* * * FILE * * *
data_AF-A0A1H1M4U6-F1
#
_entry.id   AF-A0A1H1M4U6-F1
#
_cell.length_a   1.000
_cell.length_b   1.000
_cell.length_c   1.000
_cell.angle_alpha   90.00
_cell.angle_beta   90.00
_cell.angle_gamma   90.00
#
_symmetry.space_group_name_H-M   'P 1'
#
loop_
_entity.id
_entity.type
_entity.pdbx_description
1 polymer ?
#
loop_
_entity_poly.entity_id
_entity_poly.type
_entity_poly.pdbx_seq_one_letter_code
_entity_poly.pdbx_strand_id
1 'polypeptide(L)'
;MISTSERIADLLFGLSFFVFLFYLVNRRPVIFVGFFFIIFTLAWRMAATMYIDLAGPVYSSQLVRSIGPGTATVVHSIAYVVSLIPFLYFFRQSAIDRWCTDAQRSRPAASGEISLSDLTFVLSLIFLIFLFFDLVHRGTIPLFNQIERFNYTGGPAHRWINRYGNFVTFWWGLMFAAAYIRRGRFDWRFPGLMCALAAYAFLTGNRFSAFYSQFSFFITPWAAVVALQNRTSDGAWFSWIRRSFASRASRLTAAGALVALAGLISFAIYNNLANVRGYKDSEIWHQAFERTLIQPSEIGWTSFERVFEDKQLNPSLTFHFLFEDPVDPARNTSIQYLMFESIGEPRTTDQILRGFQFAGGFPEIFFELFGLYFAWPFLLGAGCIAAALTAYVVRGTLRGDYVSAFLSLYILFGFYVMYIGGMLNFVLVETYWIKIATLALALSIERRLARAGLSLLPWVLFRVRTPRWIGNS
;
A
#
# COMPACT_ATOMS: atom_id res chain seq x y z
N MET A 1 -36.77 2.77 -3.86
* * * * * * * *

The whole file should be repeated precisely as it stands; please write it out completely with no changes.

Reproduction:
data_AF-A0A1H1M4U6-F1
#
_entry.id   AF-A0A1H1M4U6-F1
#
_cell.length_a   1.000
_cell.length_b   1.000
_cell.length_c   1.000
_cell.angle_alpha   90.00
_cell.angle_beta   90.00
_cell.angle_gamma   90.00
#
_symmetry.space_group_name_H-M   'P 1'
#
loop_
_entity.id
_entity.type
_entity.pdbx_description
1 polymer ?
#
loop_
_entity_poly.entity_id
_entity_poly.type
_entity_poly.pdbx_seq_one_letter_code
_entity_poly.pdbx_strand_id
1 'polypeptide(L)'
;MISTSERIADLLFGLSFFVFLFYLVNRRPVIFVGFFFIIFTLAWRMAATMYIDLAGPVYSSQLVRSIGPGTATVVHSIAYVVSLIPFLYFFRQSAIDRWCTDAQRSRPAASGEISLSDLTFVLSLIFLIFLFFDLVHRGTIPLFNQIERFNYTGGPAHRWINRYGNFVTFWWGLMFAAAYIRRGRFDWRFPGLMCALAAYAFLTGNRFSAFYSQFSFFITPWAAVVALQNRTSDGAWFSWIRRSFASRASRLTAAGALVALAGLISFAIYNNLANVRGYKDSEIWHQAFERTLIQPSEIGWTSFERVFEDKQLNPSLTFHFLFEDPVDPARNTSIQYLMFESIGEPRTTDQILRGFQFAGGFPEIFFELFGLYFAWPFLLGAGCIAAALTAYVVRGTLRGDYVSAFLSLYILFGFYVMYIGGMLNFVLVETYWIKIATLALALSIERRLARAGLSLLPWVLFRVRTPRWIGNS
;
A
#
# COMPACT_ATOMS: atom_id res chain seq x y z
N MET A 1 -36.77 2.77 -3.86